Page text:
Designing-out risk in an air-borne power supply

Designing-out risk in an airborne power supplyA major manufacturer of civil and military aircraft presented Acal BFi’s design team the challenge of creating a power supply for an airborne communication system, which need to meet tight mechanical constraints, achieve very low electrical noise, keep heat dissipation to a minimum, and provide a constant output voltage despite an intermittent input supply.

The design process not only covered the usual requirements of concept review for the power supply, component selection, PCB layout and prototyping, but also featured a degree of risk management. There was also a need to develop some innovative circuitry to meet the specification.

Setting tight design targets

The manufacturer had already selected the dual computer boards which were to be used in the platform-based computer for an air-based communication system and had also developed the communications links. All that remained was to design a power supply which would fulfil all of the critical design objectives.

The electrical parameters were challenging – with a target of 20dB below the level specified by Mil-Std 461 for conducted noise, the efficiency of the power supply had to exceed 80% to minimise internal temperature rise, and the supply had to provide continuous power whilst the input from the aircraft was interrupted for periods of up to 50mS.

Managing risk at every stage

Acal BFi started the design and risk management process by helping the manufacturer to specify the electrical and mechanical requirements which would enable the power supply to operate at or better than the defined levels for EMC, reliability and thermal performance.

The design which Acal BFi suggested was a closed-box power supply, based on standard DC-DC converters and filters, with additional circuitry to limit the current to the internal circuitry and provide support during the breaks in the input power. The sealed enclosure featured one compartment for the power supply and a second compartment for the filtering circuitry, to allow the design to meet the targets for EMC integrity. Careful consideration was given to the layout and interconnection of the components on the PCB to minimise the footprint of the power supply within the enclosure.

The power-supply enclosure had to achieve a height profile of just 42.00 mm (including casing) and a tight tolerance of +/- 0.01mm for aligning the input connector to the customers own structure. Heat would be dissipated via the base of the power supply, which was fitted onto the internal wall of the lid of the equipment casing.

To provide a continuous output during the breaks in input power, Acal BFi developed a custom dual-circuit system in which critical loads were supported during the loss of power, whilst non-critical loads were allowed to fail. Internal capacitors at the front end, and additional filtering, were also required to ensure a constant output power during disturbances in the input supply. To minimise the risk of fire, the modules also had accurately set independent current-limiting circuitry feeding the internal cabling.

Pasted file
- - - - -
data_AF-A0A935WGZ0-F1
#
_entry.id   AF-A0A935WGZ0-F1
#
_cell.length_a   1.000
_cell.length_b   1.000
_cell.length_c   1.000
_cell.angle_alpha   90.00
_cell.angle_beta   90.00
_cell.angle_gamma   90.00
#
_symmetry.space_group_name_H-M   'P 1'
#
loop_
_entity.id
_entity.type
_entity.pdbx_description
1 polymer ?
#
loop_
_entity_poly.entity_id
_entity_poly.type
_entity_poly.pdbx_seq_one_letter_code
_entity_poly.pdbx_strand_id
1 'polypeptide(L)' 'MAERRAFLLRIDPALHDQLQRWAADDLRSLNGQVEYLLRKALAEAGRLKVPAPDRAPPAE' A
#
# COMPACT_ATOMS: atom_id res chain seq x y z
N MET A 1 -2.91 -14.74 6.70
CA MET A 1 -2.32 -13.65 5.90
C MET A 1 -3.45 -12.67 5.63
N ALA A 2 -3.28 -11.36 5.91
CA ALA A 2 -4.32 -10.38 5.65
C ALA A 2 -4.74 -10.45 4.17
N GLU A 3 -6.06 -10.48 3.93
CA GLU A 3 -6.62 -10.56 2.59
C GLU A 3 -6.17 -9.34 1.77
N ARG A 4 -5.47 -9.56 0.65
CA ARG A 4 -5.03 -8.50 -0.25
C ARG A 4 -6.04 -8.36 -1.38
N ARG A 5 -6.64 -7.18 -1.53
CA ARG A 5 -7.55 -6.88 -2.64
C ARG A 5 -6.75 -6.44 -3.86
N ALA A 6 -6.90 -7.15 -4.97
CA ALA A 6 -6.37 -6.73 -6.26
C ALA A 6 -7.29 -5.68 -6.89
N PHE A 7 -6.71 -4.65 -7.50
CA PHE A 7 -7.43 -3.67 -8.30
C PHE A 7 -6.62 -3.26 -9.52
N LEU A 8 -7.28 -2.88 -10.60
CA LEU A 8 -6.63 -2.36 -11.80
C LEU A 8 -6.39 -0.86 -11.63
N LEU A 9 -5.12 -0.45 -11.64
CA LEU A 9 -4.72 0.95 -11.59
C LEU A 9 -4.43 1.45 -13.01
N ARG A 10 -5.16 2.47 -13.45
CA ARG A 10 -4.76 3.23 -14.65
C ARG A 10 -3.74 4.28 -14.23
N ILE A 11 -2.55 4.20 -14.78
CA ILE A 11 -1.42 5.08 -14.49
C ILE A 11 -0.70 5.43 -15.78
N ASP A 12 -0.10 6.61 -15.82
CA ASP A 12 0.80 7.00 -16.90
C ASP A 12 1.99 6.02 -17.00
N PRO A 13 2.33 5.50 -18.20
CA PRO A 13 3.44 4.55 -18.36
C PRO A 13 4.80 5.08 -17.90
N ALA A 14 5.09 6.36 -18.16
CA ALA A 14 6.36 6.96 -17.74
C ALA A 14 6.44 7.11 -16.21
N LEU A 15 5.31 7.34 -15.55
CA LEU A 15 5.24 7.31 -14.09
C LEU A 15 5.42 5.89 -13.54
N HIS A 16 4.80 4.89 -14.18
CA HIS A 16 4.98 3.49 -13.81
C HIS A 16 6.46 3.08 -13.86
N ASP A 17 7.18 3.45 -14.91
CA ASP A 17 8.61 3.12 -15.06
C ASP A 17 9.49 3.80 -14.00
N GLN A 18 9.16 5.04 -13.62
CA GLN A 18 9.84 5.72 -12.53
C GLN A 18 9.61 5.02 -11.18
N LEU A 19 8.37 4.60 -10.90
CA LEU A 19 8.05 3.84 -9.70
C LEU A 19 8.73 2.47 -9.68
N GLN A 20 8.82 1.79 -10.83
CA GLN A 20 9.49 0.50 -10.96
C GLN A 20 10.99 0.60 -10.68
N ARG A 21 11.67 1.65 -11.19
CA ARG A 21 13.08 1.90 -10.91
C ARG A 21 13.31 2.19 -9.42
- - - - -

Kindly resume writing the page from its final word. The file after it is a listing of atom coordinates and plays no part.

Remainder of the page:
The risk management process continued with pre-compliance EMC measurement using Acal BFi’s in-house test chamber. Conducted EMC was measured at the beginning of the design process as well during the development to ensure compliance was maintained as changes in the design inevitably occurred. In addition to in-house testing, Acal BFi also provided expertise and support during the formal EMC qualification process to ensure that time-to-market was not compromised by the power supply failing to meet the EMC regulatory requirements.

Early in the design process, Acal BFi also prepared component-level reliability predictions using the MIL Handbook 271F predictive techniques. This helped to identify the components which would require critical selection and derating to meet the required reliability target. When the prototypes had been tested by the manufacturer, Acal BFi also carried out a post shock and vibration testing evaluation by analysing the components for stress-related wear.

Conclusion – fast, safe and constant

The combination of specialist engineering skills, an innovative circuit design and in-house test facilities allowed Acal BFi to develop a custom power-supply which addressed every one of the manufacturer’s challenging design criteria. Acal BFi’s ability to risk-manage the design at every stage of the process was critical. It allowed the design time-scale to be minimised, and ensured that the finished power supply would be a safe, reliable and compliant product.

The whole process, from the initial approach by the manufacturer, to the finished and approved design, took nine months, with the first prototypes being supplied just ten weeks after the initial meeting.

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